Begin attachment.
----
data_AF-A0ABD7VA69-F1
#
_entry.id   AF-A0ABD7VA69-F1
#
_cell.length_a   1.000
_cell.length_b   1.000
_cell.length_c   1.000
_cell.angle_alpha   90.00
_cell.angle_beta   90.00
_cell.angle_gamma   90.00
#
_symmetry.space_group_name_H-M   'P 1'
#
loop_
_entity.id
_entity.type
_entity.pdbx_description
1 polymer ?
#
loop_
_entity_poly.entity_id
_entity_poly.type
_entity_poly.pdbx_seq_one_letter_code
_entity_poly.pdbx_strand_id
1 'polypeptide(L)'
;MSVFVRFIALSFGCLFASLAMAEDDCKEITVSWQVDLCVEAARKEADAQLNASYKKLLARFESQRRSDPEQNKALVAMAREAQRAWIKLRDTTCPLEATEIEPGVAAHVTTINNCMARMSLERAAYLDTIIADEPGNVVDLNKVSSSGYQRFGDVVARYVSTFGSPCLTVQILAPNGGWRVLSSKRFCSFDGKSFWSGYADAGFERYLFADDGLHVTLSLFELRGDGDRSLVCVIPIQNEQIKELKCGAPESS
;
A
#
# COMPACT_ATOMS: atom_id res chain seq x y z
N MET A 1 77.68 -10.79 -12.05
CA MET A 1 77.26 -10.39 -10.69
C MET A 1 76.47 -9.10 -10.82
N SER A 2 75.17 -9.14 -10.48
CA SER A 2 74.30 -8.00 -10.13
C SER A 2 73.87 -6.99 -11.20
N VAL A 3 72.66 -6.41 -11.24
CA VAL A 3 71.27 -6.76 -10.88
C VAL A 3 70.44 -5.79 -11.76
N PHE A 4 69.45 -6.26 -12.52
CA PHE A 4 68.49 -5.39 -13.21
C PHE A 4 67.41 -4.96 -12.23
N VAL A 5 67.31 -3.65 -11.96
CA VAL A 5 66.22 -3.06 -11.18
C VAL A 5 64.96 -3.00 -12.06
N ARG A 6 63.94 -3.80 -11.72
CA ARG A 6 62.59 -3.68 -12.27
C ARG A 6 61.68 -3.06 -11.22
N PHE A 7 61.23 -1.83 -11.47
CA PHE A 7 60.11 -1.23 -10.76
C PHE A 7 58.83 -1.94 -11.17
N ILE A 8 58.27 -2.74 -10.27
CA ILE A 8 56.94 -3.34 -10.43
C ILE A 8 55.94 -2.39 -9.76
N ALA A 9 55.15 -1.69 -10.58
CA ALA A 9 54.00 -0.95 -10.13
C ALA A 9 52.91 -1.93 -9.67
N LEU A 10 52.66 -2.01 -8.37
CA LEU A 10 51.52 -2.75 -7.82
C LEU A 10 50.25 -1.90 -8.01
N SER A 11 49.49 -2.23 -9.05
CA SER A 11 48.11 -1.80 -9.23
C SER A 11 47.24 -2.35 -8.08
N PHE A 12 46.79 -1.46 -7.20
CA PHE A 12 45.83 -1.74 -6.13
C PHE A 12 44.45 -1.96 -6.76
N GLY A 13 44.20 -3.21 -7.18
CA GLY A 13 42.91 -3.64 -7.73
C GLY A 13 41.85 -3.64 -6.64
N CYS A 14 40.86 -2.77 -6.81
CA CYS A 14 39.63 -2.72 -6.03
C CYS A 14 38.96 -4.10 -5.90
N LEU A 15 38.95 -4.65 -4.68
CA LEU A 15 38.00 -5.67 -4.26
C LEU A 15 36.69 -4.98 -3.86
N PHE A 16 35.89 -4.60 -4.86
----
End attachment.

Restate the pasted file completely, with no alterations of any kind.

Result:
data_AF-A0ABD7VA69-F1
#
_entry.id   AF-A0ABD7VA69-F1
#
_cell.length_a   1.000
_cell.length_b   1.000
_cell.length_c   1.000
_cell.angle_alpha   90.00
_cell.angle_beta   90.00
_cell.angle_gamma   90.00
#
_symmetry.space_group_name_H-M   'P 1'
#
loop_
_entity.id
_entity.type
_entity.pdbx_description
1 polymer ?
#
loop_
_entity_poly.entity_id
_entity_poly.type
_entity_poly.pdbx_seq_one_letter_code
_entity_poly.pdbx_strand_id
1 'polypeptide(L)'
;MSVFVRFIALSFGCLFASLAMAEDDCKEITVSWQVDLCVEAARKEADAQLNASYKKLLARFESQRRSDPEQNKALVAMAREAQRAWIKLRDTTCPLEATEIEPGVAAHVTTINNCMARMSLERAAYLDTIIADEPGNVVDLNKVSSSGYQRFGDVVARYVSTFGSPCLTVQILAPNGGWRVLSSKRFCSFDGKSFWSGYADAGFERYLFADDGLHVTLSLFELRGDGDRSLVCVIPIQNEQIKELKCGAPESS
;
A
#
# COMPACT_ATOMS: atom_id res chain seq x y z
N MET A 1 77.68 -10.79 -12.05
CA MET A 1 77.26 -10.39 -10.69
C MET A 1 76.47 -9.10 -10.82
N SER A 2 75.17 -9.14 -10.48
CA SER A 2 74.30 -8.00 -10.13
C SER A 2 73.87 -6.99 -11.20
N VAL A 3 72.66 -6.41 -11.24
CA VAL A 3 71.27 -6.76 -10.88
C VAL A 3 70.44 -5.79 -11.76
N PHE A 4 69.45 -6.26 -12.52
CA PHE A 4 68.49 -5.39 -13.21
C PHE A 4 67.41 -4.96 -12.23
N VAL A 5 67.31 -3.65 -11.96
CA VAL A 5 66.22 -3.06 -11.18
C VAL A 5 64.96 -3.00 -12.06
N ARG A 6 63.94 -3.80 -11.72
CA ARG A 6 62.59 -3.68 -12.27
C ARG A 6 61.68 -3.06 -11.22
N PHE A 7 61.23 -1.83 -11.47
CA PHE A 7 60.11 -1.23 -10.76
C PHE A 7 58.83 -1.94 -11.17
N ILE A 8 58.27 -2.74 -10.27
CA ILE A 8 56.94 -3.34 -10.43
C ILE A 8 55.94 -2.39 -9.76
N ALA A 9 55.15 -1.69 -10.58
CA ALA A 9 54.00 -0.95 -10.13
C ALA A 9 52.91 -1.93 -9.67
N LEU A 10 52.66 -2.01 -8.37
CA LEU A 10 51.52 -2.75 -7.82
C LEU A 10 50.25 -1.90 -8.01
N SER A 11 49.49 -2.23 -9.05
CA SER A 11 48.11 -1.80 -9.23
C SER A 11 47.24 -2.35 -8.08
N PHE A 12 46.79 -1.46 -7.20
CA PHE A 12 45.83 -1.74 -6.13
C PHE A 12 44.45 -1.96 -6.76
N GLY A 13 44.20 -3.21 -7.18
CA GLY A 13 42.91 -3.64 -7.73
C GLY A 13 41.85 -3.64 -6.64
N CYS A 14 40.86 -2.77 -6.81
CA CYS A 14 39.63 -2.72 -6.03
C CYS A 14 38.96 -4.10 -5.90
N LEU A 15 38.95 -4.65 -4.68
CA LEU A 15 38.00 -5.67 -4.26
C LEU A 15 36.69 -4.98 -3.86
N PHE A 16 35.89 -4.60 -4.86